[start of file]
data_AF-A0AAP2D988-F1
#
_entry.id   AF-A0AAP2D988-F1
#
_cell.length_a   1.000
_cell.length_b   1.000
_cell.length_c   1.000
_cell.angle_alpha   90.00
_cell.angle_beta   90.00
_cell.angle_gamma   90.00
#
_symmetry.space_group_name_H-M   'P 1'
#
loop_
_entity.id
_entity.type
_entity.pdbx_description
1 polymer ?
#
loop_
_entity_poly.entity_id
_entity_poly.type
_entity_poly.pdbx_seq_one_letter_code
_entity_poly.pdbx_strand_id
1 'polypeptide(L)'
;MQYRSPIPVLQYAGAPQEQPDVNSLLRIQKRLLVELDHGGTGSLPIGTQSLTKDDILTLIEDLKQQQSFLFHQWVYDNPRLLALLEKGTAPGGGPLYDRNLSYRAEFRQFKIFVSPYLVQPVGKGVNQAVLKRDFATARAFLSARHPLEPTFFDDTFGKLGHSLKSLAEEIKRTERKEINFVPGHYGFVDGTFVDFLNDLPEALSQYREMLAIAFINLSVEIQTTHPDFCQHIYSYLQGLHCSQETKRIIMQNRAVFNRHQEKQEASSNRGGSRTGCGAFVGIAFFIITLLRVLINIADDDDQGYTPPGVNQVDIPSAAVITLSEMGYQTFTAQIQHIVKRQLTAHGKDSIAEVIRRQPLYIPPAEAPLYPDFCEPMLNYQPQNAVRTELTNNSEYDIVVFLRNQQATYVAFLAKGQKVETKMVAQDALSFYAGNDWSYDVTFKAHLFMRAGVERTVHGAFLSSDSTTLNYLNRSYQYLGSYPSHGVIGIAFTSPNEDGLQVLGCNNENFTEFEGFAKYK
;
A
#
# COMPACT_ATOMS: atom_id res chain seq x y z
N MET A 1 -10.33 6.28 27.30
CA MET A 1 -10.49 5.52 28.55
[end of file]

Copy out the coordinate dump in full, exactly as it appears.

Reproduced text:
data_AF-A0AAP2D988-F1
#
_entry.id   AF-A0AAP2D988-F1
#
_cell.length_a   1.000
_cell.length_b   1.000
_cell.length_c   1.000
_cell.angle_alpha   90.00
_cell.angle_beta   90.00
_cell.angle_gamma   90.00
#
_symmetry.space_group_name_H-M   'P 1'
#
loop_
_entity.id
_entity.type
_entity.pdbx_description
1 polymer ?
#
loop_
_entity_poly.entity_id
_entity_poly.type
_entity_poly.pdbx_seq_one_letter_code
_entity_poly.pdbx_strand_id
1 'polypeptide(L)'
;MQYRSPIPVLQYAGAPQEQPDVNSLLRIQKRLLVELDHGGTGSLPIGTQSLTKDDILTLIEDLKQQQSFLFHQWVYDNPRLLALLEKGTAPGGGPLYDRNLSYRAEFRQFKIFVSPYLVQPVGKGVNQAVLKRDFATARAFLSARHPLEPTFFDDTFGKLGHSLKSLAEEIKRTERKEINFVPGHYGFVDGTFVDFLNDLPEALSQYREMLAIAFINLSVEIQTTHPDFCQHIYSYLQGLHCSQETKRIIMQNRAVFNRHQEKQEASSNRGGSRTGCGAFVGIAFFIITLLRVLINIADDDDQGYTPPGVNQVDIPSAAVITLSEMGYQTFTAQIQHIVKRQLTAHGKDSIAEVIRRQPLYIPPAEAPLYPDFCEPMLNYQPQNAVRTELTNNSEYDIVVFLRNQQATYVAFLAKGQKVETKMVAQDALSFYAGNDWSYDVTFKAHLFMRAGVERTVHGAFLSSDSTTLNYLNRSYQYLGSYPSHGVIGIAFTSPNEDGLQVLGCNNENFTEFEGFAKYK
;
A
#
# COMPACT_ATOMS: atom_id res chain seq x y z
N MET A 1 -10.33 6.28 27.30
CA MET A 1 -10.49 5.52 28.55